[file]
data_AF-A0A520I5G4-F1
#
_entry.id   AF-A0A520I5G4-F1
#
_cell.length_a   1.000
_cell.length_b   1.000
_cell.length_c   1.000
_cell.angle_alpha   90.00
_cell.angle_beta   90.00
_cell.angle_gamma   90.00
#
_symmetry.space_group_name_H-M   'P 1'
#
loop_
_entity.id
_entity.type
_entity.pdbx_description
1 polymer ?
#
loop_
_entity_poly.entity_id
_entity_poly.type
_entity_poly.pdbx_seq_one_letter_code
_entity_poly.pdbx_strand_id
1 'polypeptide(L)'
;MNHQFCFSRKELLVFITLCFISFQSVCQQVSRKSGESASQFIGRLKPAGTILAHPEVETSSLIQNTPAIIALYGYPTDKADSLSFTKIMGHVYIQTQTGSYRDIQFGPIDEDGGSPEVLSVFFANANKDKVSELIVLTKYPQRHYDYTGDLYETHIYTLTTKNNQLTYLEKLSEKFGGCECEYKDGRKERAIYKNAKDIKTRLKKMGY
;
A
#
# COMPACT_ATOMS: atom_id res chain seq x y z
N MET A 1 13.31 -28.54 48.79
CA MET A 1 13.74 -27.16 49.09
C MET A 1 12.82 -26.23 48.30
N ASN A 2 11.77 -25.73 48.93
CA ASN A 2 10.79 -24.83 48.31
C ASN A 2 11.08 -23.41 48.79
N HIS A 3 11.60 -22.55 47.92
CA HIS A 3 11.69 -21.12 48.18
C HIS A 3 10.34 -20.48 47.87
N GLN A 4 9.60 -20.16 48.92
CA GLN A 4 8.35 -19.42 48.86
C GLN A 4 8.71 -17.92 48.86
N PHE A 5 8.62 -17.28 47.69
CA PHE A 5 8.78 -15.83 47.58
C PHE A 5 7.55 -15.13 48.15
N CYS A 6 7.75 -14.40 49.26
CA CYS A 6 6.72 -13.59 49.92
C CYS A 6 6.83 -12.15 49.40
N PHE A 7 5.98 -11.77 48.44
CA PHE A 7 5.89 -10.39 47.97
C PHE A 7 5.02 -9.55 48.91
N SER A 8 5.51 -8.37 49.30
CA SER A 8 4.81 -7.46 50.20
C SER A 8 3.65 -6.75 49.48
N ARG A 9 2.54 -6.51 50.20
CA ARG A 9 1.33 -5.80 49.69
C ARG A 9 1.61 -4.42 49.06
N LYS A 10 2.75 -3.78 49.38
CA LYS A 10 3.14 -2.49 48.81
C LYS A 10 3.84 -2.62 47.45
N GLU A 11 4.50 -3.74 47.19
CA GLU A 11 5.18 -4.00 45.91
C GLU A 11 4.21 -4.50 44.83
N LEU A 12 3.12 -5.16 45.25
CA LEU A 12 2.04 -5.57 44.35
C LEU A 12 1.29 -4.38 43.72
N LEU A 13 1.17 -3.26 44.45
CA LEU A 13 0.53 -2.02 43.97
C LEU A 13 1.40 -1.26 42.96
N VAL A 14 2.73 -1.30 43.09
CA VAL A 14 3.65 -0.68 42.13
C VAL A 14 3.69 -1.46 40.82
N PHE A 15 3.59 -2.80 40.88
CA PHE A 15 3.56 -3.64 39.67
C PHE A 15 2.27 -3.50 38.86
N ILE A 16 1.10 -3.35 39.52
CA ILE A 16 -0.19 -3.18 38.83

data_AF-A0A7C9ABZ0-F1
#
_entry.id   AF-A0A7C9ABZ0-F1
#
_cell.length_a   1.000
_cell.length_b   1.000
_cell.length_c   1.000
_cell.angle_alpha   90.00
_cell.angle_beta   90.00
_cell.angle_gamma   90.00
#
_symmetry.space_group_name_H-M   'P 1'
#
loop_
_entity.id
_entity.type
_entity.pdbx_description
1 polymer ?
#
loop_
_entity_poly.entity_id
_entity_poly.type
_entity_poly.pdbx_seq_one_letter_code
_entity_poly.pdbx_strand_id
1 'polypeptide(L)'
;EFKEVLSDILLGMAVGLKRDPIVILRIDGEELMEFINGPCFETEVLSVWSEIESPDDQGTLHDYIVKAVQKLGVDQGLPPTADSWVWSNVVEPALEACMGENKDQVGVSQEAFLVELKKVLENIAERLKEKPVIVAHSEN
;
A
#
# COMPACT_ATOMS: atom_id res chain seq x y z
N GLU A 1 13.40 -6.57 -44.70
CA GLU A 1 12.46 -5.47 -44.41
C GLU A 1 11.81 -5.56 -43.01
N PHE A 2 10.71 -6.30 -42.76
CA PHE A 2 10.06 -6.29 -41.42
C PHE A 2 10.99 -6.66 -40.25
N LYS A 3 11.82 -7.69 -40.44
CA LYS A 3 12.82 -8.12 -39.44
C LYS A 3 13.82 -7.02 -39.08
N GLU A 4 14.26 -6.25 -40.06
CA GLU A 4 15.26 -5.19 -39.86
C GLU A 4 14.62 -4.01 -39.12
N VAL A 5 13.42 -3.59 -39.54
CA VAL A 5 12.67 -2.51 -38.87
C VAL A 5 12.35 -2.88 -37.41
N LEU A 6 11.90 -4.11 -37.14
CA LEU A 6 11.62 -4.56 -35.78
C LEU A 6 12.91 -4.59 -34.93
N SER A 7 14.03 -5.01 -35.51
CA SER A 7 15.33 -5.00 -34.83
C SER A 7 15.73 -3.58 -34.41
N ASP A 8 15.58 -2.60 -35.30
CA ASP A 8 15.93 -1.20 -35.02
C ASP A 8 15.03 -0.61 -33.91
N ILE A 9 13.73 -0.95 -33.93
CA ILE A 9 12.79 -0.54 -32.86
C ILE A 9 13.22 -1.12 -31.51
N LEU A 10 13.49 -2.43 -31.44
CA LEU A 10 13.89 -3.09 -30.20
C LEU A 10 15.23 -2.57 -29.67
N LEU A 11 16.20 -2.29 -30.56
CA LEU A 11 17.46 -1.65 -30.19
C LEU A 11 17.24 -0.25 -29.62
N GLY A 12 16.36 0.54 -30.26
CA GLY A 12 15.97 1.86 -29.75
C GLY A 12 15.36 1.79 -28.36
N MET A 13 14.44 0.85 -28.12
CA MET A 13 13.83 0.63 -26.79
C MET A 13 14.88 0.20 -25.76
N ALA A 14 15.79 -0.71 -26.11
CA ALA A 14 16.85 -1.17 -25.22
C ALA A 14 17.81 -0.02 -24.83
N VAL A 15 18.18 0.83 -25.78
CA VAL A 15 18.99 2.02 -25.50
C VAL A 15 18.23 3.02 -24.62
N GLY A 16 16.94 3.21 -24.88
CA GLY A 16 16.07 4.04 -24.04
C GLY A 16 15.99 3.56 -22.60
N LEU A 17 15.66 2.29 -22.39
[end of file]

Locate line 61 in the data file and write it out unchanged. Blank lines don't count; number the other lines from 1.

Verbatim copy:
N GLU A 11 4.50 -3.74 47.19